On-Camera auditions for child actors

How to Prepare for On-Camera Auditions for Child Actors

Raising a child actor is never easy. You may end up flying coast to coast for different auditions, or you could be spending endless hours practicing for one. It is always inspiring to see how far parents are willing to go just to support their children’s dreams. But how do you manage to juggle all these responsibilities while ensuring that you or your child don’t get too overworked?

If you are looking for a solution to this problem, then you’ve come to right place. Every parent, agent, manager, or even the casting director wants to make sure that your child is happy, so the tips below will tackle on everything you need in making that happen. Read more about the best ways to prepare for on-camera auditions for child actors below.

5 Tips for Preparing for On-Camera Auditions for Child Actors

1. Read the script

Mother Helping Daughter with Her Homework

As soon as you receive the script, go over all the lines (yes, even ones that are not for the part they’re auditioning for) with your kid. This will not only give you a huge advantage in on-camera auditions for child actors, but it will also give you an idea about what’s going on in every scene. Whether it is a callback or the first audition, there’s a big chance that the casting directors will ask your child about his or her thoughts on the script, character, and the scene’s context.

2. Memorize!

Child Care

During the actual audition, most kids make the unconscious mistake of staring down at the script if they’re not well-versed with it. Worse, they could make up their lines and end up mumbling nonsense along the way. In cases where you can get hold of the script ahead of time, you should be there to help your child memorize their lines.  You don’t need to make it seem like you’re there to teach them a lesson as if you’re their teacher, instead, switch it up and make it a fun experience for your child. Read through the lines and ask them what they feel about it so they can truly live in the moment and emanate the right emotions needed.

Here are four tips for memorizing lines with young performers:

  • Highlight the character’s lines. This helps your child quickly locate the correct lines if they ever glance down during the actual audition.
  • Say the lines over and over again. Read through the lines over and over again and aloud. It is easier to memorize the lines first without placing any intonations in the voice. You can gradually experiment with incorporating the right emotions as they go on.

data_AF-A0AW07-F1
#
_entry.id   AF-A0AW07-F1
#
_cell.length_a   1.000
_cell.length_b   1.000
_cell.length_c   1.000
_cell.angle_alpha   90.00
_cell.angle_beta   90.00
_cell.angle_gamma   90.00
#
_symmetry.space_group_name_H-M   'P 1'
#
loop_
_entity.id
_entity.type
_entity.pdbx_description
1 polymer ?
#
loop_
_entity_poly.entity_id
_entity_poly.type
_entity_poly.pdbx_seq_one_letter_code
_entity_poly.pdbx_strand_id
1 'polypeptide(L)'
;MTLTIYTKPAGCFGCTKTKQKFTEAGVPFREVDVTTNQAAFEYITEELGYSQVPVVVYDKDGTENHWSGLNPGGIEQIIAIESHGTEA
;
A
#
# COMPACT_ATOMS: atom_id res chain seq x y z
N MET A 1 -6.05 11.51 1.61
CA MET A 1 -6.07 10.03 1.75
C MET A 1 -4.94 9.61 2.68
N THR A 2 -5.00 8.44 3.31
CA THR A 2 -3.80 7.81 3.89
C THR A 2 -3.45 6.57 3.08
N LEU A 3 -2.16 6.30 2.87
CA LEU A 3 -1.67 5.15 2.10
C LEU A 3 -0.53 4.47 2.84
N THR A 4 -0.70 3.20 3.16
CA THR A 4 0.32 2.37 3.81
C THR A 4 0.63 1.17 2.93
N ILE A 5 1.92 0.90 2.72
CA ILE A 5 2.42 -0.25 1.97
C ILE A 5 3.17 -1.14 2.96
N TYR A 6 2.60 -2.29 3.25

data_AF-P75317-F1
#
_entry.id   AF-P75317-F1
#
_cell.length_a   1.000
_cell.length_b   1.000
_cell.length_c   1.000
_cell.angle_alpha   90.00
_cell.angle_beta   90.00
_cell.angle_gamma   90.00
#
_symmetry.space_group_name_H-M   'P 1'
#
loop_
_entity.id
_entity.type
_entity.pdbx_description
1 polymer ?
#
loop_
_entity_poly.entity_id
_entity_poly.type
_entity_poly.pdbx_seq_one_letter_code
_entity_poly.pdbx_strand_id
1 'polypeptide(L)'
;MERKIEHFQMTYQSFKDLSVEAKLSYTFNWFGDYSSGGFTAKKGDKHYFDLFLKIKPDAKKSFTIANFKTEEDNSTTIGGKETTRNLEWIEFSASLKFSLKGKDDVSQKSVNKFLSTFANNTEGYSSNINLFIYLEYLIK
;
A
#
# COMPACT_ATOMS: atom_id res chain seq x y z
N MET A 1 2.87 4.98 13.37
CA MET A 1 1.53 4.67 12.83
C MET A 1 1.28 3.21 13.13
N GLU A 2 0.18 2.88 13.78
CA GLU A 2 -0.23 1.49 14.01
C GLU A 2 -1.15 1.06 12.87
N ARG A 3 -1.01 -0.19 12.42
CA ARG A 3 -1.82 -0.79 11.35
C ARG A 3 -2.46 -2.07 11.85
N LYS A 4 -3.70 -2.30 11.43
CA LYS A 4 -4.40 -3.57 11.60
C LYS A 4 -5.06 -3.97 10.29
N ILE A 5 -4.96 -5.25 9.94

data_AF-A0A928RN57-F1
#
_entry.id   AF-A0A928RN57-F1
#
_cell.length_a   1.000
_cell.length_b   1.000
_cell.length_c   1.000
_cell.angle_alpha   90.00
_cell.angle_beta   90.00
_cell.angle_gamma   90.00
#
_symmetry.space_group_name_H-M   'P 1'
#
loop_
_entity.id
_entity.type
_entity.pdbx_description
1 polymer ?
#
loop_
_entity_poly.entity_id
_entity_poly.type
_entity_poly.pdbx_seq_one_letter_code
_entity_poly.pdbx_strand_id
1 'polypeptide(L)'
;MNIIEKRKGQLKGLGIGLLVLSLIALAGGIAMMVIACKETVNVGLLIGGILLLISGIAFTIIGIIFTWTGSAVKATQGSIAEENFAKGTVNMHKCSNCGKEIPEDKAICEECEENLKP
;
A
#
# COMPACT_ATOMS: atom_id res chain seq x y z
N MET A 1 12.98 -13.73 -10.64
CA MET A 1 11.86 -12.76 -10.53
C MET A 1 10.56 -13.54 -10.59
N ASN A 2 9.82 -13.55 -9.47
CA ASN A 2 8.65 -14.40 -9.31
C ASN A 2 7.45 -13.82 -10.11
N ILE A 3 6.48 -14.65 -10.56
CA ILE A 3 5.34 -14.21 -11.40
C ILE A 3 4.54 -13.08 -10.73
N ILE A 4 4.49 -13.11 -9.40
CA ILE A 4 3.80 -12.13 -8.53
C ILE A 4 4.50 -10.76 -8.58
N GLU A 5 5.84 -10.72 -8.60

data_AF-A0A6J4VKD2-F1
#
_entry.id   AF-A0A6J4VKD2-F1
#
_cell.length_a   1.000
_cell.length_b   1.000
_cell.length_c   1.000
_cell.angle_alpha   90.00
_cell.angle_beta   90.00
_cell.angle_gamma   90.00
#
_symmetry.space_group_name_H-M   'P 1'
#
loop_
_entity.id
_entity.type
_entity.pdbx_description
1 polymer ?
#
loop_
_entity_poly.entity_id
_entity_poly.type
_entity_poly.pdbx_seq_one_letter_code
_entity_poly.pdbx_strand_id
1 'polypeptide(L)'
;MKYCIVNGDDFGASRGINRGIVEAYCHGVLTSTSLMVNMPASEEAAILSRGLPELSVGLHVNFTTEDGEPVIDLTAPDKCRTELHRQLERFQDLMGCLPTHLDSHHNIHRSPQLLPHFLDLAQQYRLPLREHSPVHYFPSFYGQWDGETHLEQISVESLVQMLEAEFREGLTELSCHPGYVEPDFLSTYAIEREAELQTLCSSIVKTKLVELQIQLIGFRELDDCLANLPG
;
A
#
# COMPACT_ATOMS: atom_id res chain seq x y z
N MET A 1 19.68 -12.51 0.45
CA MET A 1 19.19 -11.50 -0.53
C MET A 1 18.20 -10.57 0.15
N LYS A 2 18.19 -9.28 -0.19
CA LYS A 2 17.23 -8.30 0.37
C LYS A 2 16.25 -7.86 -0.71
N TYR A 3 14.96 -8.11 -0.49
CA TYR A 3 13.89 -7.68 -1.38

• Break lines into smaller pieces. Refrain from memorizing the script all at once. Try breaking into small sections and repeating each line until they’re ingrained in the child’s mind.
  • Study the lines before heading to sleep. According to a scientific study, studying lines right before bed has a big impact on recall. To further ensure that the lines are memorized, review them with the child the next morning.

3. Trust the child’s acting coach

Drama School

It might be tempting to do things on your own, but more often not, a good coach can bring out the best in your child. They often have exercises that will teach your child how to act naturally in front of a camera. They give them tips on how to properly deliver lines while finding ways to interact with the other actors in the scene.

4.  Manage the schedules for auditions

Acting Classes for Kids

So you have two auditions today, including a self-tape and one scheduled headshot photo session in the afternoon. Now that’s a handful of tasks! Put yourself in the child’s shoes and internalize just how stressful that is. It is better to go to a single audition with your child fully alert and prepared than participate in seven more unready, these will just go awfully wrong. So no matter how tempting it is to grab as many opportunities as you can and have your kid show up to numerous on-camera auditions for child actors, be practical and always have your child’s best interest at heart.

5. Be realistic

Child Behavior

With a hundred other kids vying for the same part, there is no reason for you to put any pressure on the child. On-camera auditions for child actors, or just auditions in general, should be fun! The more you tell your child how “important” or “big” an audition is, the more nervous you make them. Keep them relaxed and you’ll be surprised with how natural their performance will come through. Whether or not they get the part, you should congratulate them for trying.

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